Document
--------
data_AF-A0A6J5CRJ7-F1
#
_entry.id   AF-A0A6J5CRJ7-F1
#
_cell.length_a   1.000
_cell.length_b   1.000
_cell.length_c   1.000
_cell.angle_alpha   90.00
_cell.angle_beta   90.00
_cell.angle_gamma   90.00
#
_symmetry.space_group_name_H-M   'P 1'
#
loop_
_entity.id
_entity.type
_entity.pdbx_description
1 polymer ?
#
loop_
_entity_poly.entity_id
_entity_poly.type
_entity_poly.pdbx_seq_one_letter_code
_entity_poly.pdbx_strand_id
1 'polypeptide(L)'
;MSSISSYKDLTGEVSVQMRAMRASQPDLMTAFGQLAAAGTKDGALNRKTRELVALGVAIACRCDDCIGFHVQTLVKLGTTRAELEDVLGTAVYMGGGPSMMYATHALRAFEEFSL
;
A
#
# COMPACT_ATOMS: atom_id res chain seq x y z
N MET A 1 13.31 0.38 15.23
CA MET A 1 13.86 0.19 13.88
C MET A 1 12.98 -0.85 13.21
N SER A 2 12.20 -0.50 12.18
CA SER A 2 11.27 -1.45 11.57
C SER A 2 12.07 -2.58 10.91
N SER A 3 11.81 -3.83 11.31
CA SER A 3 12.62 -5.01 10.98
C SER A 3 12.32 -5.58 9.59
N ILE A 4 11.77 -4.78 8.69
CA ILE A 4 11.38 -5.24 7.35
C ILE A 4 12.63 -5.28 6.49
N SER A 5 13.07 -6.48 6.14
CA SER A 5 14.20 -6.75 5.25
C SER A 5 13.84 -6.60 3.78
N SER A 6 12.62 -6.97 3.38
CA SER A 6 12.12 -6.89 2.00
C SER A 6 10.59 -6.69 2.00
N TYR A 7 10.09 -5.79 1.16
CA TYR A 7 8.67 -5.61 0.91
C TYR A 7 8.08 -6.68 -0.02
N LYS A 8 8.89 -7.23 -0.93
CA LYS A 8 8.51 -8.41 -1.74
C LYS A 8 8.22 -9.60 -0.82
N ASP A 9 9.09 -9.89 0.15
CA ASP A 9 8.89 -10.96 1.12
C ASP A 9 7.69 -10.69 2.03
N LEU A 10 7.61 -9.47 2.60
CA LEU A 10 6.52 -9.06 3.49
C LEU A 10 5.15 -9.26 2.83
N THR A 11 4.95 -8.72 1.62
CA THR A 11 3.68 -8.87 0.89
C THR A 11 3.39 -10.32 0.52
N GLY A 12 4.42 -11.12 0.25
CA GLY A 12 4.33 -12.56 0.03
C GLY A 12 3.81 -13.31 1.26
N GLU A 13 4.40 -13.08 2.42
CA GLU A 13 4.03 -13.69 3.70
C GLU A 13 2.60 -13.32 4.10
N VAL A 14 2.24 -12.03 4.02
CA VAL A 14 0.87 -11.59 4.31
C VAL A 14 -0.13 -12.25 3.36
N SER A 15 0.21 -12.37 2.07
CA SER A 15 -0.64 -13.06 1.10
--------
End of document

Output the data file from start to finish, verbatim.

data_AF-A0A6J5CRJ7-F1
#
_entry.id   AF-A0A6J5CRJ7-F1
#
_cell.length_a   1.000
_cell.length_b   1.000
_cell.length_c   1.000
_cell.angle_alpha   90.00
_cell.angle_beta   90.00
_cell.angle_gamma   90.00
#
_symmetry.space_group_name_H-M   'P 1'
#
loop_
_entity.id
_entity.type
_entity.pdbx_description
1 polymer ?
#
loop_
_entity_poly.entity_id
_entity_poly.type
_entity_poly.pdbx_seq_one_letter_code
_entity_poly.pdbx_strand_id
1 'polypeptide(L)'
;MSSISSYKDLTGEVSVQMRAMRASQPDLMTAFGQLAAAGTKDGALNRKTRELVALGVAIACRCDDCIGFHVQTLVKLGTTRAELEDVLGTAVYMGGGPSMMYATHALRAFEEFSL
;
A
#
# COMPACT_ATOMS: atom_id res chain seq x y z
N MET A 1 13.31 0.38 15.23
CA MET A 1 13.86 0.19 13.88
C MET A 1 12.98 -0.85 13.21
N SER A 2 12.20 -0.50 12.18
CA SER A 2 11.27 -1.45 11.57
C SER A 2 12.07 -2.58 10.91
N SER A 3 11.81 -3.83 11.31
CA SER A 3 12.62 -5.01 10.98
C SER A 3 12.32 -5.58 9.59
N ILE A 4 11.77 -4.78 8.69
CA ILE A 4 11.38 -5.24 7.35
C ILE A 4 12.63 -5.28 6.49
N SER A 5 13.07 -6.48 6.14
CA SER A 5 14.20 -6.75 5.25
C SER A 5 13.84 -6.60 3.78
N SER A 6 12.62 -6.97 3.38
CA SER A 6 12.12 -6.89 2.00
C SER A 6 10.59 -6.69 2.00
N TYR A 7 10.09 -5.79 1.16
CA TYR A 7 8.67 -5.61 0.91
C TYR A 7 8.08 -6.68 -0.02
N LYS A 8 8.89 -7.23 -0.93
CA LYS A 8 8.51 -8.41 -1.74
C LYS A 8 8.22 -9.60 -0.82
N ASP A 9 9.09 -9.89 0.15
CA ASP A 9 8.89 -10.96 1.12
C ASP A 9 7.69 -10.69 2.03
N LEU A 10 7.61 -9.47 2.60
CA LEU A 10 6.52 -9.06 3.49
C LEU A 10 5.15 -9.26 2.83
N THR A 11 4.95 -8.72 1.62
CA THR A 11 3.68 -8.87 0.89
C THR A 11 3.39 -10.32 0.52
N GLY A 12 4.42 -11.12 0.25
CA GLY A 12 4.33 -12.56 0.03
C GLY A 12 3.81 -13.31 1.26
N GLU A 13 4.40 -13.08 2.42
CA GLU A 13 4.03 -13.69 3.70
C GLU A 13 2.60 -13.32 4.10
N VAL A 14 2.24 -12.03 4.02
CA VAL A 14 0.87 -11.59 4.31
C VAL A 14 -0.13 -12.25 3.36
N SER A 15 0.21 -12.37 2.07
CA SER A 15 -0.64 -13.06 1.10